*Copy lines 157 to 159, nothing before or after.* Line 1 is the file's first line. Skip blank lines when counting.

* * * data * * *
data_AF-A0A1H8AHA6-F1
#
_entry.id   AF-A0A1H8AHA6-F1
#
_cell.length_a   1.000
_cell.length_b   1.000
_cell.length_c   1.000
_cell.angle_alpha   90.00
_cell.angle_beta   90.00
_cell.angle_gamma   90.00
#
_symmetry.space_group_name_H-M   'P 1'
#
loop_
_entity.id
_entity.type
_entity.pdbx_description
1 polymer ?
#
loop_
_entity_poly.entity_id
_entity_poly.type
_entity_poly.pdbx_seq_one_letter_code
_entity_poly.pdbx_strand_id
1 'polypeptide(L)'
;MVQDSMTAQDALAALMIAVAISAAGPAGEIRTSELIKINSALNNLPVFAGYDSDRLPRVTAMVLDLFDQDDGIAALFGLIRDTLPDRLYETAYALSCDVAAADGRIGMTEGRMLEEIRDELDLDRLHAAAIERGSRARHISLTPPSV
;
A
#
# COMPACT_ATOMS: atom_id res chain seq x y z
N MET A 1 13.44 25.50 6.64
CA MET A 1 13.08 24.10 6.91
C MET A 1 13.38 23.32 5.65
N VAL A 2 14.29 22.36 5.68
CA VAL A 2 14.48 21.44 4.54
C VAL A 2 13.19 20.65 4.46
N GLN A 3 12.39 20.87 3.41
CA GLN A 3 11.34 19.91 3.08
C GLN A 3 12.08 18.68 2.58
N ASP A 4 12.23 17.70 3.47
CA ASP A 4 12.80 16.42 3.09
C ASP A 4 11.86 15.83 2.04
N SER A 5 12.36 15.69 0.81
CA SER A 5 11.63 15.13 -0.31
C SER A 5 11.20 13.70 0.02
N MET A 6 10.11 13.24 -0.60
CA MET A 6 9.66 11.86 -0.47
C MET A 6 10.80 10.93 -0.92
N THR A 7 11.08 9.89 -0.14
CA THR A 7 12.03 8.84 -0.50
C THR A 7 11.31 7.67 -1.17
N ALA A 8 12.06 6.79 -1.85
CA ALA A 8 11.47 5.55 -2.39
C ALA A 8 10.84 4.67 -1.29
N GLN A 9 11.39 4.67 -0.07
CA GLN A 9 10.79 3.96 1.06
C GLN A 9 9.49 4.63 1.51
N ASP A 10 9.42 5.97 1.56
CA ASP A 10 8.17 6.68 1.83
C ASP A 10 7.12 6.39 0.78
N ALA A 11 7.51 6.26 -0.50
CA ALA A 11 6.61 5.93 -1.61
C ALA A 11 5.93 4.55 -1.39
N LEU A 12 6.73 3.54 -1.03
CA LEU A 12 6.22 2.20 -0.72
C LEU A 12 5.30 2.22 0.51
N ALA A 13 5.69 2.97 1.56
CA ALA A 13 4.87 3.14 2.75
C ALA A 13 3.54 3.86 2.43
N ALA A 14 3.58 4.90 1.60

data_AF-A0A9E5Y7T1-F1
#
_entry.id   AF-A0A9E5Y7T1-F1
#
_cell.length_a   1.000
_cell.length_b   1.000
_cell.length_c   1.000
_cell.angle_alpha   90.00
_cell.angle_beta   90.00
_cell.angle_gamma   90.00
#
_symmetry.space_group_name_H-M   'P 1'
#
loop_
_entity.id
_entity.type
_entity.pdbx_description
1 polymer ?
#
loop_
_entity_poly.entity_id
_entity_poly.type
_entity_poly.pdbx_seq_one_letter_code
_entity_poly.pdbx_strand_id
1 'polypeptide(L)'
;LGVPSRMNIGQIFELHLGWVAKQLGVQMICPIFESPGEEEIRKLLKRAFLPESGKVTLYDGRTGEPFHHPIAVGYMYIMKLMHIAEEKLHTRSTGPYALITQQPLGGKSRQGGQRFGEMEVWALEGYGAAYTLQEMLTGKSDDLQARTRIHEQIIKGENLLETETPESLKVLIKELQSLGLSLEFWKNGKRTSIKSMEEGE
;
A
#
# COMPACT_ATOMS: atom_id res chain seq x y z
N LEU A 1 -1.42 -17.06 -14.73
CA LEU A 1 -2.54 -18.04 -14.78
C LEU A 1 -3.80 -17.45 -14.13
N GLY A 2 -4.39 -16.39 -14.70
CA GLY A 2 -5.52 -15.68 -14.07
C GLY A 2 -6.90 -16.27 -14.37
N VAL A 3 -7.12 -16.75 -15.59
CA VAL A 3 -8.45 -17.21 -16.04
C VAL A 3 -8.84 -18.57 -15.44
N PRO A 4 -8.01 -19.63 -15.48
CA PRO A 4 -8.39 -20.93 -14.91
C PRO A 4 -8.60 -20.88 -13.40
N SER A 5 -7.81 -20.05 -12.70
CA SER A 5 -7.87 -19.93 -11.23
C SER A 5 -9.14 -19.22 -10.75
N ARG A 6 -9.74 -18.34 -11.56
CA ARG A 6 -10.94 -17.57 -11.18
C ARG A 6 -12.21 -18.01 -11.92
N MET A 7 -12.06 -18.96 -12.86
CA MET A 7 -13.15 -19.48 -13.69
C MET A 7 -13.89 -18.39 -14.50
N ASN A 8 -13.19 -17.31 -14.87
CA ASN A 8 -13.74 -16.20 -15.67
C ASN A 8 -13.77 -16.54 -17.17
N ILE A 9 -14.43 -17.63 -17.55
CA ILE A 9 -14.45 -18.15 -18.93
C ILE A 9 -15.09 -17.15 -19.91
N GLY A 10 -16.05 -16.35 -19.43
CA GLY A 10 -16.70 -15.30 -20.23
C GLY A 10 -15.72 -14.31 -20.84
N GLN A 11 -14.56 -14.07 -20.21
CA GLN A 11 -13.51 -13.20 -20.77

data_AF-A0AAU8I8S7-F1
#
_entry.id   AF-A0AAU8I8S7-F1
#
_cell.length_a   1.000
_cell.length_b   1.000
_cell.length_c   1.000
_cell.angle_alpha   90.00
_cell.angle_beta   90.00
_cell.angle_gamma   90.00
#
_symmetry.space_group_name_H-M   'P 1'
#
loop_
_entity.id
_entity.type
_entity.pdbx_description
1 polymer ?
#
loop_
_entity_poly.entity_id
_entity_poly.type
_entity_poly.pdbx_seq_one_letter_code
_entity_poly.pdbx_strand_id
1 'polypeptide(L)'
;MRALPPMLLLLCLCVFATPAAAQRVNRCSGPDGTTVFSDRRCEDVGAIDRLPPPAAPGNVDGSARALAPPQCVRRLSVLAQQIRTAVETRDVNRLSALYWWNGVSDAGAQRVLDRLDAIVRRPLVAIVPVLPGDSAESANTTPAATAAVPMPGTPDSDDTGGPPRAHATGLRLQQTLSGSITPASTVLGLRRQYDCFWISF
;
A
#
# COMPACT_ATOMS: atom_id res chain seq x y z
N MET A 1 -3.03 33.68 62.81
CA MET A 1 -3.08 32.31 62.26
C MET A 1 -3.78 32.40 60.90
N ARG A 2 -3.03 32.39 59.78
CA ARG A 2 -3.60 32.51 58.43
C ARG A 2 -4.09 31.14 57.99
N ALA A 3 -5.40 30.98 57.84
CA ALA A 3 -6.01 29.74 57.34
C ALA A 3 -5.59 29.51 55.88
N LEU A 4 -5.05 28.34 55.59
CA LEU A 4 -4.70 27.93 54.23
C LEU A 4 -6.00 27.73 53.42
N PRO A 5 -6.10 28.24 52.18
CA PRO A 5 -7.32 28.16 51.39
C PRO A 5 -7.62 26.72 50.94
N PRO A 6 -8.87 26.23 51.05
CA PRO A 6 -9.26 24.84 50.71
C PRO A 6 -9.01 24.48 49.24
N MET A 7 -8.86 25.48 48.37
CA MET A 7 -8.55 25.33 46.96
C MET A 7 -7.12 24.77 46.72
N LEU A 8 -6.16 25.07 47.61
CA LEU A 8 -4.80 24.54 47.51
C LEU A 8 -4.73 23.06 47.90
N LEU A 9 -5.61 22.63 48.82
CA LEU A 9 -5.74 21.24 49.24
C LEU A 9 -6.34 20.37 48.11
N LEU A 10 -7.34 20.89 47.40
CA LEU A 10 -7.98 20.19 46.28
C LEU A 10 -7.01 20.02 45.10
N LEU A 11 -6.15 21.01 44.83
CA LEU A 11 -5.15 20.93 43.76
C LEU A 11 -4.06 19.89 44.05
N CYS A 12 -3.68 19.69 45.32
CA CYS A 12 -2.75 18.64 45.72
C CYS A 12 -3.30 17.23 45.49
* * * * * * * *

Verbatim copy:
1 'polypeptide(L)'
;MRALPPMLLLLCLCVFATPAAAQRVNRCSGPDGTTVFSDRRCEDVGAIDRLPPPAAPGNVDGSARALAPPQCVRRLSVLAQQIRTAVETRDVNRLSALYWWNGVSDAGAQRVLDRLDAIVRRPLVAIVPVLPGDSAESANTTPAATAAVPMPGTPDSDDTGGPPRAHATGLRLQQTLSGSITPASTVLGLRRQYDCFWISF
;